But it’s one thing to know a dog you like a lot, another to have a dog in your stationary home full-time, and still quite another to hit the road with Rover—full-time or even for just a few weeks at a time.
Is traveling with a dog a bad thing? Far from it—especially if you’re otherwise traveling alone. More than 60 percent of RVers take a dog along, according to the Recreational Vehicle Industry Association. Dogs are great company, and they’re loyal, loving creatures. And they definitely increase your security. But don’t fool yourself: Dogs are a big responsibility for any RVer.
Before you go RVing with a dog, answer some questions.
If you haven’t had a dog:
If You Already Have an RV:
One Last Question
Photo Credits: Andre Boeni (flickr.com)
Now, there really was no excuse for Lucille Ball and the Italian grape stomper to get into a fight in the grape vat on “I Love Lucy.” But, hey, stuff happens—especially with Lucy.
In Northern Georgia, starting in late summer and continuing into the fall, you can get in on the act, all while enjoying your RV at Crossing Creeks RV Resort and Spa. Crossing Creeks is a Blairsville neighbor of one grape stomp, 45 minutes from another and about an hour from two more. If you don’t get out there and enjoy the grape harvest and the grape-crush ritual, as Ricky Ricardo would have said, “You got some ’splainin’ to do.”
This year’s event, on Saturday, Aug. 24, is the 10th annual Yonah Mountain Vineyards Crush Fest. About 5,000 people turn out to hear local bands, sample the vineyards’ wine, dine on fare from select food trucks, and, of course, stomp grapes.
The grape crushing at Yonah Mountain adds a personal touch: Owners Bob and Jane Miller serenade grape stompers with their own accordion and guitar music at 12:30, 2:30, 4:30, and 6:30 p.m. Live music is performed from 11 a.m., alternating every half-hour between the Atlanta Pipe Band and the Atlanta Pro Drumline.
Yonah Mountain Vineyards is near Cleveland, Georgia, about an hour’s drive from Crossing Creeks.
Just an 8-mile drive from Crossing Creeks, outside Blairsville, is the 6th annual Grape Stomp Fest at Paradise Hills Winery Resort. Paradise Hills not only celebrates the harvest and crush, but also goes all-in on Lucy lore. Every year, a contest matches costumed Lucy imitators against one another. The “I Love Lucy Look Alike Contest” runs twice during the day, at 2 and 4 p.m. Best costume wins wine.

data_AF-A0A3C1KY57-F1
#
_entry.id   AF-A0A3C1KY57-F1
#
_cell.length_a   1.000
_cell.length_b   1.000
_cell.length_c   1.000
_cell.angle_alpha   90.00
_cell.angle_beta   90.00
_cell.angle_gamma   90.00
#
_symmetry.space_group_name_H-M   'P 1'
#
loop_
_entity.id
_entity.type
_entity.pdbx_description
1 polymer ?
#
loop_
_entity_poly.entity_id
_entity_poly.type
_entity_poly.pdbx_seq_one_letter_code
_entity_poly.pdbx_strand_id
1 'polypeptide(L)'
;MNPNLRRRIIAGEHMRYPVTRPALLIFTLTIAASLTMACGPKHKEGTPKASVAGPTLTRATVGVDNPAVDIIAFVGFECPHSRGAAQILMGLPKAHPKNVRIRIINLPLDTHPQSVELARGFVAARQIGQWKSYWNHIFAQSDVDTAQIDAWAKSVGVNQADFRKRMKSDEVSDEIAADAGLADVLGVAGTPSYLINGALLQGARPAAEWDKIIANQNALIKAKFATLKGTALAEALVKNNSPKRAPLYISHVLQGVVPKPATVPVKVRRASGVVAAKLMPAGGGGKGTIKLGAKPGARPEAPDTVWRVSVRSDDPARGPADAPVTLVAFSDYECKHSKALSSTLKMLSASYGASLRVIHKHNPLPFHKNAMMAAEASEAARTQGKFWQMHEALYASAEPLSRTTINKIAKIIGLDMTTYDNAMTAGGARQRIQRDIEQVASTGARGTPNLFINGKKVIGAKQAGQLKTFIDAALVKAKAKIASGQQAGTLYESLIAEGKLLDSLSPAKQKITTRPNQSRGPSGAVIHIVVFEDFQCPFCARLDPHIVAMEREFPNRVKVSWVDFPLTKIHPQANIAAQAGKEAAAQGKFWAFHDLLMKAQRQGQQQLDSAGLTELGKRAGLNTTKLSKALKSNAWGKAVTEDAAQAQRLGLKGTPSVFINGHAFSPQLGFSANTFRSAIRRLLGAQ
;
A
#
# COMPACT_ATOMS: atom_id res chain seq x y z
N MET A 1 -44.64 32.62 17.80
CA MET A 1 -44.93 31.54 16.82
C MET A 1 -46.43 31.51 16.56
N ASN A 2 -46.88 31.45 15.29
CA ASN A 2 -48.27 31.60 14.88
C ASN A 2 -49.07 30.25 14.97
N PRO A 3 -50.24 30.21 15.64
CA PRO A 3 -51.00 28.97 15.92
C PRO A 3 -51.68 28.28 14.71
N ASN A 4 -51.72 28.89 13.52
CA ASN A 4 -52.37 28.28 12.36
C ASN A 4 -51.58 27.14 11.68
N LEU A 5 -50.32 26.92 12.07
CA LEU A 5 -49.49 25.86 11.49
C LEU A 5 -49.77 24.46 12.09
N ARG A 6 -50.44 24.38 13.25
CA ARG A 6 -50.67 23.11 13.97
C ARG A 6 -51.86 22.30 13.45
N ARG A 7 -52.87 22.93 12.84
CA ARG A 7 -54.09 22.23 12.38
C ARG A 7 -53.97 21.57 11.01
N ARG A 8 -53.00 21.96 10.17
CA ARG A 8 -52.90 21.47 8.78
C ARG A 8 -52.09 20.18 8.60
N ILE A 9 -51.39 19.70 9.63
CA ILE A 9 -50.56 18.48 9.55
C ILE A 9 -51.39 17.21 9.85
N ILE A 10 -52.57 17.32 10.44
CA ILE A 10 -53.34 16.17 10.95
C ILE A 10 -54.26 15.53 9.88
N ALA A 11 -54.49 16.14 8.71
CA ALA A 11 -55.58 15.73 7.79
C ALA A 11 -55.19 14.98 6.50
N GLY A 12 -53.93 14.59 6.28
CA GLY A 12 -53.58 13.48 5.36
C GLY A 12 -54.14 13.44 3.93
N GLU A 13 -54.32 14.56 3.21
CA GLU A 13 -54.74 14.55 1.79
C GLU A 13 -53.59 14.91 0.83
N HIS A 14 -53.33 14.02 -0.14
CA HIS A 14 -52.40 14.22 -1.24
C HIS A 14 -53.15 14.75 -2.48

There’s much more to the day than the crush. Live music plays all day. Available for purchase are crafts (including a kids’ corner), wine, craft beer and local barbeque.
How much do you know about wine? Trivia is part of the entertainment at the Kaya Vineyard & Winery Spirit of Harvest Festival in Dahlonega. The 2019 crush is on Saturday, Aug. 31, from 11 a.m. to 5 p.m.
The winery is about a 45-minute drive from Crossing Creeks.
Attendees will have the opportunity to observe or participate in the crush, and to hear discussions of winemaking at the crush pad. Live bluegrass and folk music will play throughout the event. A Kaya trivia contest from 11 a.m. to 3 p.m. places the names of players who answer all questions correctly into a drawing. The prize: a Kaya wine tasting for two.
A raffle benefits the Georgia Veterans Day Association. The drawing is at 3:30 p.m.
Food and beverages are available for purchase. Admission without wine tasting is free, although non-ticket holders must pay $5 for parking.
Will you always remember that first crush? Well, maybe as long as your souvenir T-shirt from the Harvest Stomp at the Stonewall Creek Vineyards does. The festival near Tiger, Georgia, comes with a twist: After you stomp grapes, you can deliver red footprints on a T-shirt and take it home. This year’s stomp is Saturday, Sept. 28, from noon until 5 p.m.
Live music plays throughout the day, and barbeque is available for purchase. If you don’t want to buy food, bring your own picnic lunch. Paid admission includes not only the tee, but also a wine goblet, a tasting of four wines and a wine cocktail. Reservations are recommended to ensure that you get a T-shirt.